Yes, cheating is good, even finger licking good! No, we are not talking about the famous fried chicken, but yes, you are right, it’s about food. Papuans call it Udang Selingkuh or Cheating Prawns. When people first hear about cheating prawns, they generally wonder why the prawns were given such a name? Were they having affairs? With whom? You’ll be happy to know that they are innocent. Udang selingkuh is a unique Papuan delicacy. The freshwater prawns are larger and the size of their claws is almost equivalent to crabs’ claws, resulting in an assumption that a certain prawn had an affair with with a certain crab; and udang selingkuh are their offsprings.
Jokes aside, udang selingkuh is a type of lobster (Cherax Albertisii), found in the mountainous region of Wamena, Papua. They are widely spread in rivers in the Baliem Valley. Papuans also find them in Lake Paniai, LakeTage, and Lake Tigi. Udang selingkuh is served in various ways, but due to its tastiness, it is not rare that udang selingkuh is cooked only with little salt to none.
The taste of cheating prawns is slightly different from the taste of prawns in general. The texture is more fibrous and tender with a slightly sweet taste, like the taste of lobster meat. Similar to prawns in general, all parts of the body are edible except the head, but we will get a bonus of meat on the large claws.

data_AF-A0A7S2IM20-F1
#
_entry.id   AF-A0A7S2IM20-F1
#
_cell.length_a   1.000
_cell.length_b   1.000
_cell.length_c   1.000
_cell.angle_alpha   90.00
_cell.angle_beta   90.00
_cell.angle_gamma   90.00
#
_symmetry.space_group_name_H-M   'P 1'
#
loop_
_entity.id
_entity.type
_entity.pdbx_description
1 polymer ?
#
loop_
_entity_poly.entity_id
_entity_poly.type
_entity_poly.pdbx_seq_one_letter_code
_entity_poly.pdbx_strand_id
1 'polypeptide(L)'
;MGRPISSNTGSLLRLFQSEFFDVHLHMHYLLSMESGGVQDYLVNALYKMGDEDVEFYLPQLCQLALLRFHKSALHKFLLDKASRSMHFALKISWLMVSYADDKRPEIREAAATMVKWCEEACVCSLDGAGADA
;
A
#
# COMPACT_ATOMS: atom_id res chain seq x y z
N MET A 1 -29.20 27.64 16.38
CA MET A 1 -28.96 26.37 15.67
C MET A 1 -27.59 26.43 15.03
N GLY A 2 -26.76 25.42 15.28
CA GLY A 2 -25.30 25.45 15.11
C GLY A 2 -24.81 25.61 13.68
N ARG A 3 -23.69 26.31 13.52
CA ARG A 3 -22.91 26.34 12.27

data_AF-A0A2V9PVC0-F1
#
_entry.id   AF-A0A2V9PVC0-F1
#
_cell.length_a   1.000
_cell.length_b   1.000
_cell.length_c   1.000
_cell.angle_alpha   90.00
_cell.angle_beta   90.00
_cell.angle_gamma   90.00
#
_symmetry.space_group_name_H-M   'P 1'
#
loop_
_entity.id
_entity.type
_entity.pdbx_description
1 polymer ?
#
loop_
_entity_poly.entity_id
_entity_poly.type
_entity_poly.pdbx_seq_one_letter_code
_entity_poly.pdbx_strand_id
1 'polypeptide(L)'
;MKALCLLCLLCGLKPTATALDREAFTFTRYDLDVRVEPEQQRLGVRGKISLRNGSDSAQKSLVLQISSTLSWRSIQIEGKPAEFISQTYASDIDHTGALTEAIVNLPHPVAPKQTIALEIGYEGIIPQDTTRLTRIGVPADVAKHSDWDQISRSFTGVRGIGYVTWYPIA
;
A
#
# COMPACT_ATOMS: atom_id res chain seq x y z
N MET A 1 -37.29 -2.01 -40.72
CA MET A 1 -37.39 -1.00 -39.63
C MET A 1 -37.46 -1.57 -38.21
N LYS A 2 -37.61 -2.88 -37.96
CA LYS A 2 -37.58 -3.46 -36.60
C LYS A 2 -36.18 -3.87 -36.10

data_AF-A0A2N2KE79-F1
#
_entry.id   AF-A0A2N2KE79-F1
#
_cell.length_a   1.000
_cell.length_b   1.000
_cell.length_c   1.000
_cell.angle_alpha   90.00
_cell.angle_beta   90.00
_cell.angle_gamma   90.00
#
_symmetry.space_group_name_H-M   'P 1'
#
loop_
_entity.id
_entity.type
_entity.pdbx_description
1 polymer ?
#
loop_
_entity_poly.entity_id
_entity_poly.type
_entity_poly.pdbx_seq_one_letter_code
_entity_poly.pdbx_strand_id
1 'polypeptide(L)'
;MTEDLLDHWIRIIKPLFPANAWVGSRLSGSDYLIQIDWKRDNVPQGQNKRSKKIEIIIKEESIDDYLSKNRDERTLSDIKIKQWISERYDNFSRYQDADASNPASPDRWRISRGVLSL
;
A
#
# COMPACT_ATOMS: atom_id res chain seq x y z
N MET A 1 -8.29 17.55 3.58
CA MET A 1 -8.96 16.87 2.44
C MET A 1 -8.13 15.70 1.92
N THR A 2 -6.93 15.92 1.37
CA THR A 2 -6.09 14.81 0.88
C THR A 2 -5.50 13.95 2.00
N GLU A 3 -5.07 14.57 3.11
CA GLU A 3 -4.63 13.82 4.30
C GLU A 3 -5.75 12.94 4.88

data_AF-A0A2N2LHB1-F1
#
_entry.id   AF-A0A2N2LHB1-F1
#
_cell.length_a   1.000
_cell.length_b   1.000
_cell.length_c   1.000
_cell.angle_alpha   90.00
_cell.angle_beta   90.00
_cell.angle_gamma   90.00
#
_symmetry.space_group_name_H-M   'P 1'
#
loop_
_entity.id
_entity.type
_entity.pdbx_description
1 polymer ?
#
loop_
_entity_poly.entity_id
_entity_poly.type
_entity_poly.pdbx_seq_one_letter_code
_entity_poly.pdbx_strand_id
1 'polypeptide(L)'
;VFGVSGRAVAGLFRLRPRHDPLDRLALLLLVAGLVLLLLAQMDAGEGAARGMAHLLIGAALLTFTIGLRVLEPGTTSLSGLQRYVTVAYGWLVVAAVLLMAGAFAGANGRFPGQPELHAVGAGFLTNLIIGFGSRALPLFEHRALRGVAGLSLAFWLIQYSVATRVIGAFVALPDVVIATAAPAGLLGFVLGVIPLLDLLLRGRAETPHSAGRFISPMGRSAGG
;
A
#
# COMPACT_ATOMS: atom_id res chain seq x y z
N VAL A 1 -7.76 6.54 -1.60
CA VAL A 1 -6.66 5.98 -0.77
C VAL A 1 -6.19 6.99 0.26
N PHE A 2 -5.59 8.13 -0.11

Udang selingkuh is not only delicious but also nutritious. It is high in calcium and protein. In addition, it contains minerals in the form of selenium, phosphorus, magnesium, sodium, and zinc. Cheating prawns are also low in calory (106 calories every 100 grams of meat).
Tourists mostly request the dish served in sweet and sour sauce, accompanied by stir-fried vegetables, such as water spinach or papaya flowers. The popularity of cheating prawns resulted in the emergence of a number of restaurants championing the dish, especially in Wamena. Mas Budi Restaurant, Baliem Pilamo Restaurant, Pilamo Cafe, and Blambangan Restaurant are among them.
To be able to enjoy it, you have to depend on the season because udang selingkuh is not specifically cultivated until now. The restaurants mostly rely on the catch of local residents who hunt traditionally on the Baliem River. They charge approximately USD30-8 per plastic bag. The price can indeed soar if the supply of shrimp is limited. Due to the high demand and low supply, tourists must pay about USD20-50 per portion or even more.
To those intrigued to taste udang selingkuh, the price does not matter. They will visit Papua to experience the dish that so far could only be enjoyed freshly there. If you are interested, make sure you avoid rainy season because the prawns will disappear from the market. So, best of luck!
Adapted from National Geographic Indonesia and Tagar.id